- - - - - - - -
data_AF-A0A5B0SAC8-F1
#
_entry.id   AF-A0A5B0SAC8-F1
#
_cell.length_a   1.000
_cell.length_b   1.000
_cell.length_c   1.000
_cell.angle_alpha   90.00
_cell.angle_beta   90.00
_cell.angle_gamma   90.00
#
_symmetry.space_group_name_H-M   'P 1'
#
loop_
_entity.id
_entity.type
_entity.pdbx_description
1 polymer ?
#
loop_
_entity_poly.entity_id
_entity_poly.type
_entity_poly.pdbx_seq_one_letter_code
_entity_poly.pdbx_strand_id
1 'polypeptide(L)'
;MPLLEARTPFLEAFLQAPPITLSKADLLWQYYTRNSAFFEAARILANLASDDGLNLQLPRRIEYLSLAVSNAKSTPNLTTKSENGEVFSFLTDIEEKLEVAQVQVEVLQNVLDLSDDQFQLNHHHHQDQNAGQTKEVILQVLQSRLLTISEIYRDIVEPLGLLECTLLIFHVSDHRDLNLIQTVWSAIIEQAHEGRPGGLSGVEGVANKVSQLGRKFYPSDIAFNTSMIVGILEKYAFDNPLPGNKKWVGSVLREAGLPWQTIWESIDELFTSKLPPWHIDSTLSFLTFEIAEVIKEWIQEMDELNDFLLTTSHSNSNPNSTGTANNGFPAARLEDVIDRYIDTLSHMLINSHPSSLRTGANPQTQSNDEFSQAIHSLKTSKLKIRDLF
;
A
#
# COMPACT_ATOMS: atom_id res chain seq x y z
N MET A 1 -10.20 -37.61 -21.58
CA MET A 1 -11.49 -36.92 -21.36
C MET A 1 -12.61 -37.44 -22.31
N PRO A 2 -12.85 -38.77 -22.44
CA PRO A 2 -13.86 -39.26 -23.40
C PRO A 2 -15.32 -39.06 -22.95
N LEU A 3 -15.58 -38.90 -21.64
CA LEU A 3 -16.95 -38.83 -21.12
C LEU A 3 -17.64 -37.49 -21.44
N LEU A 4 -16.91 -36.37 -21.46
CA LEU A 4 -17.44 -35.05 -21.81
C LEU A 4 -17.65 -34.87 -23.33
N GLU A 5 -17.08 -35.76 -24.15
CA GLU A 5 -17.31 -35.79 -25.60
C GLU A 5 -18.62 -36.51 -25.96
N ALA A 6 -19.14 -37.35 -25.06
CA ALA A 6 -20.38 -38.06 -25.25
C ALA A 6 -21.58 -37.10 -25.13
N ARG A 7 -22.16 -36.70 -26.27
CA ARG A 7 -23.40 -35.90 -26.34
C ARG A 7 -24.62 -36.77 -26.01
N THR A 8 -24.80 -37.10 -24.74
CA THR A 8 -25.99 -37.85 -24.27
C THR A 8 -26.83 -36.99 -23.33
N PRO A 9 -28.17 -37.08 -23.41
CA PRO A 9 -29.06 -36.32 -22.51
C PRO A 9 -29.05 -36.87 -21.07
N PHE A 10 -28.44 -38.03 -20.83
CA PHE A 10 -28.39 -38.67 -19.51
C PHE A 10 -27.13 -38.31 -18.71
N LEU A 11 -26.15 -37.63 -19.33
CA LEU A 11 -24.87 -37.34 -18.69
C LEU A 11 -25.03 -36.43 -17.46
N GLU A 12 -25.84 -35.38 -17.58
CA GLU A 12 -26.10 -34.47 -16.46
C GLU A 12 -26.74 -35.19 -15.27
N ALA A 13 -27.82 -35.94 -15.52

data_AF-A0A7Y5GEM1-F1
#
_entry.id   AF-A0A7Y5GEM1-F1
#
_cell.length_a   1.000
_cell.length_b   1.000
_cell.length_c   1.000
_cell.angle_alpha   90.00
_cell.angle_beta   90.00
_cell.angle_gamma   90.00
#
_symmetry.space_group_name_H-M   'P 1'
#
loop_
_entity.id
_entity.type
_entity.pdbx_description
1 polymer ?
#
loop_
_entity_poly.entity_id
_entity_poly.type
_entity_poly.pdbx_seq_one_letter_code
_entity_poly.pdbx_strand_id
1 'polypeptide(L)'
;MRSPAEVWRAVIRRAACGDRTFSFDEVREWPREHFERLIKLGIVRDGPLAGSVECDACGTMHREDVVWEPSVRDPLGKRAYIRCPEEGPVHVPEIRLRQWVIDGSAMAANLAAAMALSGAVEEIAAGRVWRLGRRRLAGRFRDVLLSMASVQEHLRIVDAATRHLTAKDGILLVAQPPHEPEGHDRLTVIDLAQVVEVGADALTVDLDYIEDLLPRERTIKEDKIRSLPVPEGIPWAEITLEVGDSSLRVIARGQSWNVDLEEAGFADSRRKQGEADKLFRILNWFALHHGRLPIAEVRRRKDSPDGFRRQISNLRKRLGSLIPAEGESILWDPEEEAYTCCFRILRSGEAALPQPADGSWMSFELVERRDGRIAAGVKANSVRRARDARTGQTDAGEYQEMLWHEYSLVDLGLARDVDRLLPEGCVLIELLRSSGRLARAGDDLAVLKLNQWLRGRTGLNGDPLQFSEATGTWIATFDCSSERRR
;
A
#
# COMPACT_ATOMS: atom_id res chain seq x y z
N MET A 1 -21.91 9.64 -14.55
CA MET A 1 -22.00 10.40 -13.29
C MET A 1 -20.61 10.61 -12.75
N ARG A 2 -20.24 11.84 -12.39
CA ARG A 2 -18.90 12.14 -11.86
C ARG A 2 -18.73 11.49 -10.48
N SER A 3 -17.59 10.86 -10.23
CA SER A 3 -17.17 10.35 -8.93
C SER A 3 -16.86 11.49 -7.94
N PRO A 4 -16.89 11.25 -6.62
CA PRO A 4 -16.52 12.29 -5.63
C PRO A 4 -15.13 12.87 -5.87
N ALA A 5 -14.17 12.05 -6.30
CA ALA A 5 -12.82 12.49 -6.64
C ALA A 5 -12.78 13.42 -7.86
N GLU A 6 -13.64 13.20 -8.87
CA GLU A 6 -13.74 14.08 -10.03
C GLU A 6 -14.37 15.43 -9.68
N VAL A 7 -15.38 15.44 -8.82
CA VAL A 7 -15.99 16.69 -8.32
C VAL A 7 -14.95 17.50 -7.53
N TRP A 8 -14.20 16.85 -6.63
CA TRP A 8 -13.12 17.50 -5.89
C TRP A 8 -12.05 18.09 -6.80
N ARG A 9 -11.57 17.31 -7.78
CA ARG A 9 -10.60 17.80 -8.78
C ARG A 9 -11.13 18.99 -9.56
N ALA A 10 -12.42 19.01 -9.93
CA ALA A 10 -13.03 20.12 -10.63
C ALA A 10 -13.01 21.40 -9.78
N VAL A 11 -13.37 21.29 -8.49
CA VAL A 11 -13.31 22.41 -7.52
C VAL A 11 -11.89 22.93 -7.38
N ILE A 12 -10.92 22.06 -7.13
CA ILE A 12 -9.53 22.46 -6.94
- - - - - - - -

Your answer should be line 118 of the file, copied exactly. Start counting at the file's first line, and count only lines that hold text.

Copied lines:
C VAL A 7 -14.95 17.50 -7.53